Formula One car development blog

Hidden flipup at Super Aguri

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The 'new' SA06 is already here for its third GP, and it is still not very clear whether it is the step in the good direction that the team was hoping for. That it sported lots of changes is clear, and the lower flipup in front of the rear wheel is even more proof thereof. The item is somewhat similar to that of Midland and even Ferrari, albeit located lower to the ground. The element here is meant to provide extra downforce and possibly reduce drag as it has the same shape as the ma... Read more

Super Aguri's twin keel

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Although not new, the twin keel setup of the SA06 is worth a look. Even the SA05 had a similar keel layout as it too was an update of the Arrows A23 to comply with current regulations. Previously at Arrows, the keels (the right one is marked in the image by 1. ) stretched out vertically from the monocoque to the height of the reference plane. However, because of changes in the beginning of 2006, the technical regs now say "All bodywork situated forward of a point lying 330mm behind ... Read more

New front wing for Toyota

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Toyota have introduced a new front wing at Turkey as previously announced by their technical manager. The new wing has a leading edge that is more towards the design of other F1 cars today and looks like a move away from the body design method Toyota seem to have had with their recent cars. The upper part of the image is the front wing at Hungary while the lower part is the new front wing as displayed in Turkey. Aside the new shape of the base element, a new winglet introduced at Hu... Read more

Three airbox wings at Williams

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Just like Toyota, Williams seem to need some extra winglets in order to have the required amount of downforce needed on a circuit like the Hungaroring. Instead of one element, three were present in Hungary. An important difference with the Toyota setup however is the fact that all of these small wings are pointing upwards and therefore work opposite to the Japanese items.

Red Bull drops ears in favour of new wings

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The team that gives you wings has now grown some wings and removed a few ears on the car. As of the Canadian GP the team used Renault-like nose ears just above the track rod to allow better airflow above that rod and reduce any effect that would have on the surroundings. These have now become obsolete and are replaced by small wings positions more in front. Just like the ears, they do not create downforce as a single element as they point downwards.

Even more airbox wings

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Only as recent as at the GP of Germany, new winglet were noted at Toyota, and this time around they have added one more. A little lower than the ones already there is a new wing that has a similar shape to the other white element. Also visible on the image are the gurney flaps at the bottom of these two trailing winglets, resulting in an upward force of the wings, contrary to what one may expect. The aim there is to get more air onto the rear wing and do so in a clean flow.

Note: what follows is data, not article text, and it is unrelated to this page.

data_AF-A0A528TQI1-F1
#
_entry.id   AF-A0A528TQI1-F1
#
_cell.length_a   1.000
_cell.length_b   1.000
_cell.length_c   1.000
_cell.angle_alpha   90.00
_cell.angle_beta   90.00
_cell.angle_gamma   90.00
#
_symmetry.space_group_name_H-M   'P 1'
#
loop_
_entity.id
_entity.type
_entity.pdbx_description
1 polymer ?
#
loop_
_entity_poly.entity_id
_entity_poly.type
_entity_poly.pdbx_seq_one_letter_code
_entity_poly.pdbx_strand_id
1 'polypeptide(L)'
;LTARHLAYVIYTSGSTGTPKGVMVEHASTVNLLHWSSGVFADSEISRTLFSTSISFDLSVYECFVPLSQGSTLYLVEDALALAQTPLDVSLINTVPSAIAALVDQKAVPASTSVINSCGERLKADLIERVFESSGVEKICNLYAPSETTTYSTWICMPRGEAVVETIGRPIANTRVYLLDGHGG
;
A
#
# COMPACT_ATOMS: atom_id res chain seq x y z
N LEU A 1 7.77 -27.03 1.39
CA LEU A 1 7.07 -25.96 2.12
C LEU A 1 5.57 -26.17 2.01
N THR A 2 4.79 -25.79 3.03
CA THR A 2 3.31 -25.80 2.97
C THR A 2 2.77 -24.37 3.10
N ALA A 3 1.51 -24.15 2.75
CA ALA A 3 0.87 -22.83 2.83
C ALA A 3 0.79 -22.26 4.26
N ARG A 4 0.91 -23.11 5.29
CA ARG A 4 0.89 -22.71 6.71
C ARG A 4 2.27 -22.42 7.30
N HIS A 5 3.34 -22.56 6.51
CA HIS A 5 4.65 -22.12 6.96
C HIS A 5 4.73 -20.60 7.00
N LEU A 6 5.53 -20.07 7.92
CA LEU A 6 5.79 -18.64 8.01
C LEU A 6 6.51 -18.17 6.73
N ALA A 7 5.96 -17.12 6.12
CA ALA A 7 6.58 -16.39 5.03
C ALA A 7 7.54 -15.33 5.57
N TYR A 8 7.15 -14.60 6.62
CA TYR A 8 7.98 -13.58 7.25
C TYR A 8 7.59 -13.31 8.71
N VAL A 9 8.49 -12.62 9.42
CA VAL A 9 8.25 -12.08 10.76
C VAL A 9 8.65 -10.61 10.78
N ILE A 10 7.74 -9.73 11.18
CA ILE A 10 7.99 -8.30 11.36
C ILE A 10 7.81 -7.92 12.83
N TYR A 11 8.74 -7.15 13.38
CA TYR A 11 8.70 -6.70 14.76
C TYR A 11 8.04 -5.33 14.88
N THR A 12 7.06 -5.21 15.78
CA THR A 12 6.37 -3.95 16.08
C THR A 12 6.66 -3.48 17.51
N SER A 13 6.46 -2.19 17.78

Updated sidepod flips for TF106B

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Toyota continue their impressive development pace with yet another update. This time the winglet in front of the sidepod inlet has been changed in order to gain downforce in the middle of the car. The size of the vertical plate has been reduced while the wing at the inside of it is now pretty similar to that of the one seen at BMW.

Second rear wheel flipup

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While Renault have been running double flipups since the beginning of the season, Ferrari have now adopted a similar thing too, be it a little smaller of what we see at the French team. The extra element was introduced at Hockenheim and used again at the Hungaroring. It is attached on the upper element at two points and adds to the reduction of air resistance on front of the rear wheel.

Sidepod shield for BMW Sauber

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After Renault introduced their version of the sidepod shield at Montreal, BMW now also have one. Instead of a shield though, it is more of a winglet, as at the inside of the vertical place, a small wing is attached to push air upwards and gain some downforce. The plates of Renault and Honda do not have any such wing and function only as guidance for the air passing by.

Airbox wing evolution at Toyota

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This double wing configuration is not new for Toyota but it displays the level of aerodynamic development put into current Formula One cars. an airbox wing at the beginning of 2005 looked mostly like a single stabiliser that created no downforce on its own. The displayed elements are those raced at Hockenheim and is a combined wing with curvatious leading edges on both elements. While the second element has a straight trailing edge and is a stabiliser, the first (red) winglet is not... Read more